Books are a great source of parenting advice if you can find a few you trust and then stick to them. There are probably even more parenting books out there than there are diet books, all of which contradict each other, and each of which claims to be the One True Way. The truth is that there IS no one true way, there’s only the way that works for you; and what works for you today may not work tomorrow or next week, either. Do some browsing, find a few authors that make sense to you and stick with those unless you need to research something in greater depth later. (I’ll publish a list of my Top 10 parenting books tomorrow.)

Finally – remember to Ask Millie and Mollie! That’s what we’re here for!

Wieners, Continued

There's not much I can add to Mollie's excellent post besides an addendum for the uncircumcised male baby. Both my birth-boys were left as-is and we didn't have any problems keeping them clean once we realized that they're meant to be self-cleaning. Most uncircumcised baby penises have "adhesions" which will go away as the baby grows, but which meanwhile keep the foreskin from retracting. The foreskin and the glans penis are mucus membranes in their natural states, so they will secrete a "cheesy" substance that will collect at the tip of the penis. Just tug the foreskin back as far as it will comfortably go, wipe off anything you see and pull the foreskin up again.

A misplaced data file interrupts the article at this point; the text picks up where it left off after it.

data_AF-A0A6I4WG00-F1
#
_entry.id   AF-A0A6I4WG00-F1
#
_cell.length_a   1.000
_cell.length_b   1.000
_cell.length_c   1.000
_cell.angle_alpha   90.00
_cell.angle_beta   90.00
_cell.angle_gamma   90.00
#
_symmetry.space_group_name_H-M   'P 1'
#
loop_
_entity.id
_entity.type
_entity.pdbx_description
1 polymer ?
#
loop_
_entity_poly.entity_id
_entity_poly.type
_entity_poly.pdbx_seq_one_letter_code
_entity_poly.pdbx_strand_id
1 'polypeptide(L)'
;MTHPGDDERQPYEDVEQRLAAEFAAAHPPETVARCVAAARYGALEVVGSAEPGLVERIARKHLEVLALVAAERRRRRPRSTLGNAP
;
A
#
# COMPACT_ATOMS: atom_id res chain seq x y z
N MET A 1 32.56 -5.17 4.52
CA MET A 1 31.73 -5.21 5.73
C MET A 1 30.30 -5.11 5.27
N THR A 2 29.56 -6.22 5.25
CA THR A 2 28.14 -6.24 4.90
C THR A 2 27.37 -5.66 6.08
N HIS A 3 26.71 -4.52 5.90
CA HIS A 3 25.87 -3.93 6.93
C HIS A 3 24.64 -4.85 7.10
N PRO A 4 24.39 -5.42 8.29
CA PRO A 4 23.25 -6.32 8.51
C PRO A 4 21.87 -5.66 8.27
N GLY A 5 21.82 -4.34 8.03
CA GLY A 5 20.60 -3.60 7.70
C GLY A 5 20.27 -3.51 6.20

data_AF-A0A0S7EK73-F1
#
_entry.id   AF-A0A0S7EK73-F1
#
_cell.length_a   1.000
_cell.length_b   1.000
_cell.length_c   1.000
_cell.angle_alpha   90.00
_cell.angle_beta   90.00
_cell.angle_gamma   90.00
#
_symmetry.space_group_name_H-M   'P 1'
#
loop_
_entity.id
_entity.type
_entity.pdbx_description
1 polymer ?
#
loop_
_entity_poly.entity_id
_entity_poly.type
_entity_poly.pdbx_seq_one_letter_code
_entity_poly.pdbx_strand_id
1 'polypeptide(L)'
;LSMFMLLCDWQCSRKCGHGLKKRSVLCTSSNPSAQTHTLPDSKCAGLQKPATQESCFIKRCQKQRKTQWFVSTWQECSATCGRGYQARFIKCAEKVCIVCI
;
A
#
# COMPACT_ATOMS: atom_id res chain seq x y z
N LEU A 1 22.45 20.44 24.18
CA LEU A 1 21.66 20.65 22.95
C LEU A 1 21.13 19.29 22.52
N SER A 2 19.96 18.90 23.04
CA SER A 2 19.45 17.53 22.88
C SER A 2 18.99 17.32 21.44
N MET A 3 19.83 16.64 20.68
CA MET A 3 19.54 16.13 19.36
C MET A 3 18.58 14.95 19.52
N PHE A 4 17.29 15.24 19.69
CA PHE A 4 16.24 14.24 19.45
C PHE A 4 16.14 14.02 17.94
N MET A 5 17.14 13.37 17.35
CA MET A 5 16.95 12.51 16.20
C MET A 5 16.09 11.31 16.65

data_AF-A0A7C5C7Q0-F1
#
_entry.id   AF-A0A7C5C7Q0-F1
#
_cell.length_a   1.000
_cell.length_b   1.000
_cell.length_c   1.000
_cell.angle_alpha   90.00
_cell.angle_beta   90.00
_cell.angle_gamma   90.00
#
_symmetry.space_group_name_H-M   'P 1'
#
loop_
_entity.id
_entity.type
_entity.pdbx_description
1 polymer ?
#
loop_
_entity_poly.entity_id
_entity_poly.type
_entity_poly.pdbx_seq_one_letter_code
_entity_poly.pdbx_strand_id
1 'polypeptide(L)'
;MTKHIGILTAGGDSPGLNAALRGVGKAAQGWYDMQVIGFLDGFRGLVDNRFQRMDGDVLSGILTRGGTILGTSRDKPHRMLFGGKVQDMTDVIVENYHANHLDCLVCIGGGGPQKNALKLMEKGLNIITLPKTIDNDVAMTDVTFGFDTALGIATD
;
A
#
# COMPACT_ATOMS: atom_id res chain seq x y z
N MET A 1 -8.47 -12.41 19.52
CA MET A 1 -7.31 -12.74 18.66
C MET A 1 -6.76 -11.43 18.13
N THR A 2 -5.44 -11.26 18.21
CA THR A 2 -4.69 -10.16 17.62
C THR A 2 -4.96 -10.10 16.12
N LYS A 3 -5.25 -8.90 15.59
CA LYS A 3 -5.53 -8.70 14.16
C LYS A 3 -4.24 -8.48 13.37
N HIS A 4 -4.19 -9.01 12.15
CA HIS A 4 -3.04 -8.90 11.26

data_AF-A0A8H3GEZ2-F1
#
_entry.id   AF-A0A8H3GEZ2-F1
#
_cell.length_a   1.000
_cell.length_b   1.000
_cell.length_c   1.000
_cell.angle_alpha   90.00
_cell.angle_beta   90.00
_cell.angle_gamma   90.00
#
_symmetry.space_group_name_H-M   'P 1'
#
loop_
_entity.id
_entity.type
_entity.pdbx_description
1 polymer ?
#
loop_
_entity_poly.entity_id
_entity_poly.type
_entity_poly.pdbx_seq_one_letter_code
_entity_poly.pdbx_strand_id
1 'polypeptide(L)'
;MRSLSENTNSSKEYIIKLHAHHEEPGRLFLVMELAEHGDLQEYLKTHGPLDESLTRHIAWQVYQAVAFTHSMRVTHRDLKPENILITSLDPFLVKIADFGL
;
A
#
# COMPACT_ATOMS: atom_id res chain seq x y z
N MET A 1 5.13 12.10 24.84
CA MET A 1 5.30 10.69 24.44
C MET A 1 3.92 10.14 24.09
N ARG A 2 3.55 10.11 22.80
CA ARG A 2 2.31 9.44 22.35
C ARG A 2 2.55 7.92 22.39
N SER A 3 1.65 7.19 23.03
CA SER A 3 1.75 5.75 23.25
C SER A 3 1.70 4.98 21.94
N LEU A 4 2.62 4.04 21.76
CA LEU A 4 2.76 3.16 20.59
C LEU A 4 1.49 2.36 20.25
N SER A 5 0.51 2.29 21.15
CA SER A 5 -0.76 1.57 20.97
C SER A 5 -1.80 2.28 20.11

As the baby becomes a boy and begins to take his own baths, teach him to pull back his foreskin and clean inside that "willy pocket."

Side note: If you want to leave your boy uncircumcised, don't let your doctor bully you into it. Adhesions are normal and will usually go away completely by the time the boy is toilet-training age. The only medical reason to circumcise against your inclinations is strangulation, i.e. the foreskin is so tight that it's cutting off circulation to the penis. This is pretty rare.

Sunday, April 25, 2010

Baby Grossies